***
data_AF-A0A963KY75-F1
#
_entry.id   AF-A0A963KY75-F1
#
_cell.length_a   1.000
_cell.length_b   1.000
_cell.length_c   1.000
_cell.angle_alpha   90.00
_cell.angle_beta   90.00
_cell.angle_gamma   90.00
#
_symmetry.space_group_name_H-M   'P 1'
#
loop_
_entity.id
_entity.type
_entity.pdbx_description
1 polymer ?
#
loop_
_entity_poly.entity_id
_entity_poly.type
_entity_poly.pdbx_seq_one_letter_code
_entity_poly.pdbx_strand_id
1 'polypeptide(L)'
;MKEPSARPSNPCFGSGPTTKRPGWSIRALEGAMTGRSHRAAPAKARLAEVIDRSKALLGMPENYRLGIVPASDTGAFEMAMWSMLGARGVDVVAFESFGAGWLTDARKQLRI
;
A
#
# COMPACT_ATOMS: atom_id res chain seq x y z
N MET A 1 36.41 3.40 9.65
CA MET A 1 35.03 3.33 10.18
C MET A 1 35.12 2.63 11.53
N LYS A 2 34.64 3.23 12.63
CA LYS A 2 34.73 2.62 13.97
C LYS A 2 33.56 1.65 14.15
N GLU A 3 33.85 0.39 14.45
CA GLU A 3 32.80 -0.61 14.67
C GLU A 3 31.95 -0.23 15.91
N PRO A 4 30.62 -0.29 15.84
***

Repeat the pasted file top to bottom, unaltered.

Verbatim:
data_AF-A0A963KY75-F1
#
_entry.id   AF-A0A963KY75-F1
#
_cell.length_a   1.000
_cell.length_b   1.000
_cell.length_c   1.000
_cell.angle_alpha   90.00
_cell.angle_beta   90.00
_cell.angle_gamma   90.00
#
_symmetry.space_group_name_H-M   'P 1'
#
loop_
_entity.id
_entity.type
_entity.pdbx_description
1 polymer ?
#
loop_
_entity_poly.entity_id
_entity_poly.type
_entity_poly.pdbx_seq_one_letter_code
_entity_poly.pdbx_strand_id
1 'polypeptide(L)'
;MKEPSARPSNPCFGSGPTTKRPGWSIRALEGAMTGRSHRAAPAKARLAEVIDRSKALLGMPENYRLGIVPASDTGAFEMAMWSMLGARGVDVVAFESFGAGWLTDARKQLRI
;
A
#
# COMPACT_ATOMS: atom_id res chain seq x y z
N MET A 1 36.41 3.40 9.65
CA MET A 1 35.03 3.33 10.18
C MET A 1 35.12 2.63 11.53
N LYS A 2 34.64 3.23 12.63
CA LYS A 2 34.73 2.62 13.97
C LYS A 2 33.56 1.65 14.15
N GLU A 3 33.85 0.39 14.45
CA GLU A 3 32.80 -0.61 14.67
C GLU A 3 31.95 -0.23 15.91
N PRO A 4 30.62 -0.29 15.84